Often, even “known” entities, colleagues or friends that are brought on board to be members of your start-up company’s executive management team do not work out.  This is usually obvious from the beginning and can manifest itself in many ways, including:

  • They are not willing to put in the effort or commitment to get things done. 
  • They do not add the necessary value that is expected of a senior executive staff position.
  • They are not self-starters and require too much direction and “hand-holding”. 
  • They have too many personal distractions that take away from their job performance.

Be that what it may, these same individuals are not to be considered valuable executive management team members of your start-up company and over time can often be more of a distraction and overall hindrance.  As such, these executive management team members need to be removed as soon as possible. Allowing these same individuals to continue to be a part of the executive management team will only cause resentment among the other executive staff members, as they will understand that these individuals are not pulling their weight and need to be replaced.  Therefore, as an entrepreneur you need to understand that even “known” entities do not always work out. Hence, it is your job to recognize this early and institute a discipline-based, performance improvement plan, if possible, or let them go, as doing nothing and letting it linger too long will not benefit your start-up company and its overall performance.

Executive Management Teams will Change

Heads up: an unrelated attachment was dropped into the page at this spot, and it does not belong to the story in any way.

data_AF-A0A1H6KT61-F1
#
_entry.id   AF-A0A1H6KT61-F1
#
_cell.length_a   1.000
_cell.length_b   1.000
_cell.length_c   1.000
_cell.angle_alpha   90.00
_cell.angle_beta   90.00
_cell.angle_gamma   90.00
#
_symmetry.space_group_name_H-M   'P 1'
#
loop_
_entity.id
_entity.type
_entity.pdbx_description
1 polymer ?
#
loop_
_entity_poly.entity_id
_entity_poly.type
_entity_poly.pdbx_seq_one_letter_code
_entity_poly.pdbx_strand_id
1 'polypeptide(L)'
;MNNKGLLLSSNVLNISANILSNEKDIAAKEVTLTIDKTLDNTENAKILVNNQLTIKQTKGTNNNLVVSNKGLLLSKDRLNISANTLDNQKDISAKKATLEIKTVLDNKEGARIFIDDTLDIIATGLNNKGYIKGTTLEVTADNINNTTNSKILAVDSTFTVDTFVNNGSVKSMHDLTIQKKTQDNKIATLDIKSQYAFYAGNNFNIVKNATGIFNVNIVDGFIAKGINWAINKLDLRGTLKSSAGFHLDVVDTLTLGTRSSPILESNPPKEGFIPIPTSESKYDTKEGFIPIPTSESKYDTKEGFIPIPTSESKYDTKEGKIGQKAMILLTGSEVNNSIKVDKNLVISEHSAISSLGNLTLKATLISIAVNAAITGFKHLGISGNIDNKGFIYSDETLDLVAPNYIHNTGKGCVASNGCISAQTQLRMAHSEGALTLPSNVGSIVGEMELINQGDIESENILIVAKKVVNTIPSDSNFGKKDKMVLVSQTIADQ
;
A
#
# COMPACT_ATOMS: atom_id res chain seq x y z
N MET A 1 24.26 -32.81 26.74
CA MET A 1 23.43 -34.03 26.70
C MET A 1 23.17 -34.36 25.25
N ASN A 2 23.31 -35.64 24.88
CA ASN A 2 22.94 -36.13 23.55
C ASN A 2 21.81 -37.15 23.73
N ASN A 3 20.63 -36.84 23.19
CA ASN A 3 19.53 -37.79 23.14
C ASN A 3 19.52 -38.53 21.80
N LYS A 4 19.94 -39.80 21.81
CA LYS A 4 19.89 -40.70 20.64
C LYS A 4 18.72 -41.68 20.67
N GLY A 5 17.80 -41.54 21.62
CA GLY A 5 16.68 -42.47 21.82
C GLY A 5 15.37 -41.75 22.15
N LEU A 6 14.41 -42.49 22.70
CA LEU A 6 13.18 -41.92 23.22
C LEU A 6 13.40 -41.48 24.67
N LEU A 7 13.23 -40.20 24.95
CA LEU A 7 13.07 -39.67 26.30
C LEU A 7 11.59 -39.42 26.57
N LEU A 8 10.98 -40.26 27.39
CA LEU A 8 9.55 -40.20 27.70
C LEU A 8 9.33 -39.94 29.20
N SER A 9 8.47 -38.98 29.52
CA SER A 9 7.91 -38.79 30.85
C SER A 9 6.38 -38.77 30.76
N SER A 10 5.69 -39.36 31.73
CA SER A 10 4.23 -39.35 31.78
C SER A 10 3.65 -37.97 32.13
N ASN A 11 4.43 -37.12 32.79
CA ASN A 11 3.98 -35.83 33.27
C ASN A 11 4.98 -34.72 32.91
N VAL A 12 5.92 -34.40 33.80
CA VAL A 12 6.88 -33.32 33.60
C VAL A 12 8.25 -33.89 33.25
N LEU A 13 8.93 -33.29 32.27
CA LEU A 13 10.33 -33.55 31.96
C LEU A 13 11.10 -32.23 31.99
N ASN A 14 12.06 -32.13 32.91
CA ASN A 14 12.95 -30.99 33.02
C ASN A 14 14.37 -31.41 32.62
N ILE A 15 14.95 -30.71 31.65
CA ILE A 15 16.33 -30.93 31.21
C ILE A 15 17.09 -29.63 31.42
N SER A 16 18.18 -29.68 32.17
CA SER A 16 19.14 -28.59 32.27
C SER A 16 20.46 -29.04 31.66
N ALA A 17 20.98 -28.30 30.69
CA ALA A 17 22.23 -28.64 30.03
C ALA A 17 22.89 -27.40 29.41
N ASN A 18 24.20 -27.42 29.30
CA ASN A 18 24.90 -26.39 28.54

Sometimes valuable executive management team members, of your start-up company, will leave the company for a number of reasons. You, as an entrepreneur, need to recognize that all executive management teams change over time. This can be for performance reasons, personal reasons, etc.  The key here is to make sure that you recognize that the initial executive team you start with will necessarily not be the executive team you end up with. This is especially true if you take on third party venture monies.  Venture capitalists are notorious for removing members of the executive management teams of the start-up companies they invest in, and in many cases you will have no control of this.  So you need to recognize that through attrition, your own actions, or the actions of third party investors, your executive management team will change. This, more often than not is a good thing, as over time non-contributors leave and higher value-added individuals are brought on to replace them, and as such the executive management team will get stronger.  Therefore, as an entrepreneur, you need to recognize that a change, at the executive management team level, of a start-up company, is often a good thing and will in many cases enhance the overall performance of your company.